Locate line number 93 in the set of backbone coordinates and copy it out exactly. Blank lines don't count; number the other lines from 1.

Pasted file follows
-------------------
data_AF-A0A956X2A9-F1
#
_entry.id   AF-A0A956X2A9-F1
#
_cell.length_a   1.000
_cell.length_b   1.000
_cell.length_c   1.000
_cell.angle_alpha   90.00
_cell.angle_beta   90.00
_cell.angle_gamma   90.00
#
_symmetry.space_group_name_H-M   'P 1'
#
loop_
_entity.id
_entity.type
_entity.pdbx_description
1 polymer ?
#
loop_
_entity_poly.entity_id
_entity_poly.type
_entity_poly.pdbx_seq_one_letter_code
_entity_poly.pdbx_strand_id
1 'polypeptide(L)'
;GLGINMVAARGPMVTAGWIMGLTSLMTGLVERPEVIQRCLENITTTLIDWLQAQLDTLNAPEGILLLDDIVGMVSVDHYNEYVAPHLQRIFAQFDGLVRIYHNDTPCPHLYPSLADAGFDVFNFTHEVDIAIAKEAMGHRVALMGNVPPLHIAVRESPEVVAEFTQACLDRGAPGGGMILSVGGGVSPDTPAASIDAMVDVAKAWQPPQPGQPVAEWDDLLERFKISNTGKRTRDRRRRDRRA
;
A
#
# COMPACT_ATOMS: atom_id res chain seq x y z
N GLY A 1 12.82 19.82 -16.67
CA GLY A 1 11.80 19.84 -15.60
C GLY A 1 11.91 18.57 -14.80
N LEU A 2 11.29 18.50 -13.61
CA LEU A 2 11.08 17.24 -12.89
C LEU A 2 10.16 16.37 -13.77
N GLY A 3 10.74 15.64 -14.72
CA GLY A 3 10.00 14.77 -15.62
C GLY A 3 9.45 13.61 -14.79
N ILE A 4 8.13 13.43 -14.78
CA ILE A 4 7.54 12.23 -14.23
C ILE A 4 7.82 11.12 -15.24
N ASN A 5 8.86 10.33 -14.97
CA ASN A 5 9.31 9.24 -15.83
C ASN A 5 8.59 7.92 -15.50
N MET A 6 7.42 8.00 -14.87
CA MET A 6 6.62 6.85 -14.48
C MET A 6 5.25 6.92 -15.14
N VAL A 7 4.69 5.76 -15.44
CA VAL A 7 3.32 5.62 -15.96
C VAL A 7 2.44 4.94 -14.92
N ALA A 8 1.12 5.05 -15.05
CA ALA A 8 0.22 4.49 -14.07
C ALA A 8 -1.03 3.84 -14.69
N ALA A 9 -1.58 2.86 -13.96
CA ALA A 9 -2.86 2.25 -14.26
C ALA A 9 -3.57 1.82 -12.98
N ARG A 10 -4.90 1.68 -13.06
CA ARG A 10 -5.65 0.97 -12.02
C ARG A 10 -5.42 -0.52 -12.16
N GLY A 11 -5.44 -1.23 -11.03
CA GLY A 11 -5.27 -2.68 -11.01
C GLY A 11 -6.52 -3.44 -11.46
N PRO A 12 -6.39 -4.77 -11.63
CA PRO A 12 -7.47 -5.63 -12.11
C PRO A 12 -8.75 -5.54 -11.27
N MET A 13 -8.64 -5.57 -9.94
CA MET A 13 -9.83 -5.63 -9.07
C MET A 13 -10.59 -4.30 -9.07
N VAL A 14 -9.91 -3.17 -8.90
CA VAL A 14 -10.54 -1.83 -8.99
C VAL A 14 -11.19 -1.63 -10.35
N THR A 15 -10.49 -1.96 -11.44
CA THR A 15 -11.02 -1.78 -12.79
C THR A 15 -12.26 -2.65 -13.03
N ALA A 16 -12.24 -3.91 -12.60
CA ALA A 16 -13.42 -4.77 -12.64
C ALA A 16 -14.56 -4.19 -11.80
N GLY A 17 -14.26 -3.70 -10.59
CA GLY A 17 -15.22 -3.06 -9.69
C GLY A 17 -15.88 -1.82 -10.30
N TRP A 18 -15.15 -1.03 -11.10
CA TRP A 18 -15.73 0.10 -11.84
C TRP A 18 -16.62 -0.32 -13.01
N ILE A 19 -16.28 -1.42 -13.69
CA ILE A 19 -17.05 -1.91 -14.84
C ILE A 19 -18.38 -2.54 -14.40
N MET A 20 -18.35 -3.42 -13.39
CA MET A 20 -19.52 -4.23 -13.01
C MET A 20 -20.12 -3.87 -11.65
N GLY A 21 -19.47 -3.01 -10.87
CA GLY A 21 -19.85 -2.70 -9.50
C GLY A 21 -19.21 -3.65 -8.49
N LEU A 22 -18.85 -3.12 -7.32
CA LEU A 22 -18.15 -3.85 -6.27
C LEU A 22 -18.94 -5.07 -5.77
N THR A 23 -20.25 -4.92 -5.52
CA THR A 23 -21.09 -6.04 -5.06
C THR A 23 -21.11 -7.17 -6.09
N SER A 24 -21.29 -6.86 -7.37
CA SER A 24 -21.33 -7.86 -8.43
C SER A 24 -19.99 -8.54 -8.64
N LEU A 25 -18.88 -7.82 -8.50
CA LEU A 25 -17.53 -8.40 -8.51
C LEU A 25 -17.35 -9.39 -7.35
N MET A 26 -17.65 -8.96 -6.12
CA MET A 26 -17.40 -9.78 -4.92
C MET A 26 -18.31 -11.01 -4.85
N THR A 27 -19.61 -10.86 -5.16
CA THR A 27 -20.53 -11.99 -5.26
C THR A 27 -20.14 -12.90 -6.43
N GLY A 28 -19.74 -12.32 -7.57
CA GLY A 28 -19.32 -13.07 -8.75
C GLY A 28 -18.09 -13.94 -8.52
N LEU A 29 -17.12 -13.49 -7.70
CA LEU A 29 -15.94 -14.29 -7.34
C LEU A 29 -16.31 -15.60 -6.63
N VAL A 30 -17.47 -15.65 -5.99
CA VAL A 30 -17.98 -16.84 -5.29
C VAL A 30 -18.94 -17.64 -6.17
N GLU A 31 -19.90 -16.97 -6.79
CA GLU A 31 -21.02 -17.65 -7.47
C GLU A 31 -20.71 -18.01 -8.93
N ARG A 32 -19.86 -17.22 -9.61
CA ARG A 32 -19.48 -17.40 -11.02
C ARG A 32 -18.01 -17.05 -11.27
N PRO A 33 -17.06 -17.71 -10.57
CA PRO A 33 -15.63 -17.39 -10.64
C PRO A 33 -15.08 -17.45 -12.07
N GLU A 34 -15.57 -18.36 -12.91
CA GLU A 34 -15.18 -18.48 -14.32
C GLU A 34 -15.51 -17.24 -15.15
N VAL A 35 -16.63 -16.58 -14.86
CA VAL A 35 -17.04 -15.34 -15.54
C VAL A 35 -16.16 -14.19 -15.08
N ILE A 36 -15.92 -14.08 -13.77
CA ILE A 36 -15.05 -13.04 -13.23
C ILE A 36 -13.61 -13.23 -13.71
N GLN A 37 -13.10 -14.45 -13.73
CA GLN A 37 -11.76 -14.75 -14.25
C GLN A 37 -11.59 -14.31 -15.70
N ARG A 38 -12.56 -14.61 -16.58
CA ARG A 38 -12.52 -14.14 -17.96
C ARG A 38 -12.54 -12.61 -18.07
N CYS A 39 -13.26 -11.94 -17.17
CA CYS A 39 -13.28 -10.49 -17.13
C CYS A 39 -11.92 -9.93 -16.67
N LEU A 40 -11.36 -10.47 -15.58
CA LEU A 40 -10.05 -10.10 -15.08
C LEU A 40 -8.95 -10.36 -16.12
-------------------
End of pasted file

C GLY A 21 -19.21 -3.65 -8.49